Sometimes it takes awhile to find the right fit.
For 29-year-old Terrance Sanders the wait was 14 years.
It took patience and a resolve for the Palmetto native not to quit when things looked bleak.
Now the rewards are coming in for the Spokane Shock defensive back/kick returner.
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He leads the Arena Football League in kickoff return yardage and is on the verge of becoming the best kickoff returner in league history.
"Terrance has great vision and when he gets the ball he can get going vertically very quickly. He attacks the kickoff team," Shock head coach Andy Olson says.
As with most things in the indoor AFL, it's a lot tougher for offensive players who have to maneuver on a field about half the size of the outdoor game.
"There is not certainly less room to work with and everything happens so much faster," Olson says.
"Terrance makes it nice for us because our blockers don't have to hold their blocks as long. He hits the holes real quick."
Heading into the final weeks of the regular season, Sanders leads the AFL in kick return yardage (2,003 yards) and yards per return, averaging 23.6 (minimum 30 car
ries). He has returned five kickoffs for TDS this season and 16 for his career. He is also third in the league with 90 tackles.
Kickoffs in the AFL nearly always hit the back of the net behind the end zone.
"To return kicks in the Arena League you have to be fearless," Sanders says. "You field the ball off the net. You have to be able to read the rebound, catch it, turnaround and take off."
In 2000 when he played his final football game for Palmetto High, Sanders wasn't sure if he would ever step on the field again.
Prior to his senior year, he transferred to Manatee and the Florida High School Athletic Association ruled he couldn't play because he was recruited.
His uncle, Tracy Sanders, was a defensive backs coach for Manatee, and back then that's all anyone needed to win an argument that a player was recruited.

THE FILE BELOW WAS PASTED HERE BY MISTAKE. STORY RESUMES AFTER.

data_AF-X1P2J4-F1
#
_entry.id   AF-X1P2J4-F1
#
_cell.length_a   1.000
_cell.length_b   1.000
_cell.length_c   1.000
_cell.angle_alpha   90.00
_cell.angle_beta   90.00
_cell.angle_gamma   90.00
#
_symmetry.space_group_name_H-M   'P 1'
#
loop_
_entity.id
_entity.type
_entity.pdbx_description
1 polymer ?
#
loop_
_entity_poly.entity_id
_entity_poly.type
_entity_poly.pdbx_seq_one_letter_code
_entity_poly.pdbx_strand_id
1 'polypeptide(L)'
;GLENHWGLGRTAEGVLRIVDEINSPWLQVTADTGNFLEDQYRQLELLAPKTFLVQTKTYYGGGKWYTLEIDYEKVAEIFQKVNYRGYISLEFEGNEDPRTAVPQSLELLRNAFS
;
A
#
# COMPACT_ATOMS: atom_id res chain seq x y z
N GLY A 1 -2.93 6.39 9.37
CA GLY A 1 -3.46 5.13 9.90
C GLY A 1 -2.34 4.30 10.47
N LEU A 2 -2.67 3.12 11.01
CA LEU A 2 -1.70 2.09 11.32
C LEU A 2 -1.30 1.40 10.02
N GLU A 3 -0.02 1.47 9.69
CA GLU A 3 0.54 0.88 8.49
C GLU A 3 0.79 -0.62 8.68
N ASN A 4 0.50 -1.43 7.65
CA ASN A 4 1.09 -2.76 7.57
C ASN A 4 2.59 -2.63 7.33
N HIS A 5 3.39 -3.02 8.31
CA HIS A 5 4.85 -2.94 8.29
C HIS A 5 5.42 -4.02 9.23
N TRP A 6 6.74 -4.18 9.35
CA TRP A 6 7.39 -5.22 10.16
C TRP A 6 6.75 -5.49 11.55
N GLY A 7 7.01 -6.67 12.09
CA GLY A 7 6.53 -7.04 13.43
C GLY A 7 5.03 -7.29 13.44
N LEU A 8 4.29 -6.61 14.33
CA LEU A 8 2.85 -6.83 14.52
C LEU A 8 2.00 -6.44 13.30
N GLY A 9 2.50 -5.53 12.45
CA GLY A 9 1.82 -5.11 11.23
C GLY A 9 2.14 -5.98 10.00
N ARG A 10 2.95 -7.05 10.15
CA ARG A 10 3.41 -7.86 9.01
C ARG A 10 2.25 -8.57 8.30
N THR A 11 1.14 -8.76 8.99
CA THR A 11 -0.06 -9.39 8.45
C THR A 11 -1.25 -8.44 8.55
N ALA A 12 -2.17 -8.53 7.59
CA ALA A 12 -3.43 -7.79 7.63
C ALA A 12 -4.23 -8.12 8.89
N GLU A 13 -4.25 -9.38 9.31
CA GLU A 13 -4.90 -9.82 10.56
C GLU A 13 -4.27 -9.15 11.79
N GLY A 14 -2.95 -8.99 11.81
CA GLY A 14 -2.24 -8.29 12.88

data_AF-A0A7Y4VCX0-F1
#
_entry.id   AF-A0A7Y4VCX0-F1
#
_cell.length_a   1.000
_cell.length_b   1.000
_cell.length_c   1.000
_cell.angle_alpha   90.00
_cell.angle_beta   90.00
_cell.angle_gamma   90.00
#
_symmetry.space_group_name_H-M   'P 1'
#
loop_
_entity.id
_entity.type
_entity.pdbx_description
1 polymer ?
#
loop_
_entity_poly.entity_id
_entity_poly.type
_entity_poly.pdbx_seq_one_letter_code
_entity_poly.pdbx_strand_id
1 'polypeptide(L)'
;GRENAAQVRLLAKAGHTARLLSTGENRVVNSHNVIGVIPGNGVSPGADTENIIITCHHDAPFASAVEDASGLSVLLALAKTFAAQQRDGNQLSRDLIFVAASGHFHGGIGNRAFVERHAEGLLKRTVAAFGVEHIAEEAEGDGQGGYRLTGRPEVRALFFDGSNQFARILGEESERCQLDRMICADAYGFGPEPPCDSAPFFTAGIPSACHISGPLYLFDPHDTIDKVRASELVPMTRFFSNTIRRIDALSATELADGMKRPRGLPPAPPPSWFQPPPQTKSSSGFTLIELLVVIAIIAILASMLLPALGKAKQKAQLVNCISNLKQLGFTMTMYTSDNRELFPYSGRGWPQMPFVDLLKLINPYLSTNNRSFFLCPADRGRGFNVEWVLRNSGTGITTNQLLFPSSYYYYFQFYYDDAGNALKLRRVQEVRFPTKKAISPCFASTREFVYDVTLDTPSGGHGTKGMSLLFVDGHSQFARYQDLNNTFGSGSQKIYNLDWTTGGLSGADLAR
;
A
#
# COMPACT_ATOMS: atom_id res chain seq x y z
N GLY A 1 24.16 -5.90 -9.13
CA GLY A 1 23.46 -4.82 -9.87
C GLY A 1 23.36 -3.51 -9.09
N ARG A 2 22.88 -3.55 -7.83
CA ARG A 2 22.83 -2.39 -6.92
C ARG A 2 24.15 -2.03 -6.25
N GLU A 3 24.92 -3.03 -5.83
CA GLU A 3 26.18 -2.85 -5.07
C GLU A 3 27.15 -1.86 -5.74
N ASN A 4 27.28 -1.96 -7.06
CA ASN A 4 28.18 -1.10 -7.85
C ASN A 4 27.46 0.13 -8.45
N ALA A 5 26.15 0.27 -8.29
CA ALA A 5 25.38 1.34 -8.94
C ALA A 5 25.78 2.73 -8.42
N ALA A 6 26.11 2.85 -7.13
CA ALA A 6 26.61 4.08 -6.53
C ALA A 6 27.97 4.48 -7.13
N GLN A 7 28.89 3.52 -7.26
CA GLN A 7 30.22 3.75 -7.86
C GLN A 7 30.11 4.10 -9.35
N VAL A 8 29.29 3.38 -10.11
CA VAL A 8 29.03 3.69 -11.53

Terrance stayed at Manatee and graduated in 2002. Considered a likely Division I prospect, his stock dropped because he didn't play.
"I had an offer from Eastern Illinois. Vanderbilt was very interested, but there was a coaching change there and they stopped recruiting me," Sanders recalled.
He signed with Eastern Illinois and was the team's starting cornerback his first two years until he injured his right knee and became a part-time player his last two years.
Sanders finished his college career in 2006 much the same way he finished high school. There wasn't much film on him and he had only one NFL team looking at him in the nearby Indianapolis Colts.
"I didn't play my first year out of college. I was working to strengthen my knee and get in better shape," he says.
Under the tutelage of Tracy Sanders, Terrance went to a regional NFL combine in New Orleans. He didn't get signed, but the Utah Blaze of the Arena League invited him to a tryout and eventually signed him to a rookie contract.
Sanders lasted only three games before he was released. He wasn't ready, but he wasn't done.
He signed on with Boise of the Arena Football League2, which was considered an AFL minor league team, but Sanders saw it as an opportunity to refine his skills.
He played there two years and earned first team All-League honors as a defensive back/kick returner intercepting eight passes and returning seven kickoffs for touchdowns.
Sanders was becoming a special type of player.
"Arena2 was more of a developmental league. It gave me a chance to improve my game," he says.
Sanders went back to the regular AFL in 2010 signing with the Arizona Rattlers. He played the middle DB position, which involves covering the receiver who is allowed to go in motion.
Sanders has been with Spokane the last three years. He earns $875 per game and like most AFL players has an off-season job. He works as a technician for a company that builds robotic motors.
Recently when Spokane came to Tampa to play the Storm he covered his boyhood friend Joe Hills, who played at Palmetto.
"Joe hit us for four touchdowns. He is an excellent receiver and with a guy like him you just want to make sure he works hard," Sanders said. "We grew up on the same street and he has skills you just can't teach."
Olson considers Sanders indispensable because of the many things the 5-11, 185 pounder can do.
"Terrance is our veteran guy back there (in the secondary)," the coach says. "He plays the most difficult position and tells our other guys where to play. What makes him such a good defensive back is his patience. He knows when a receiver is going to make a move and waits for the right time to make his move."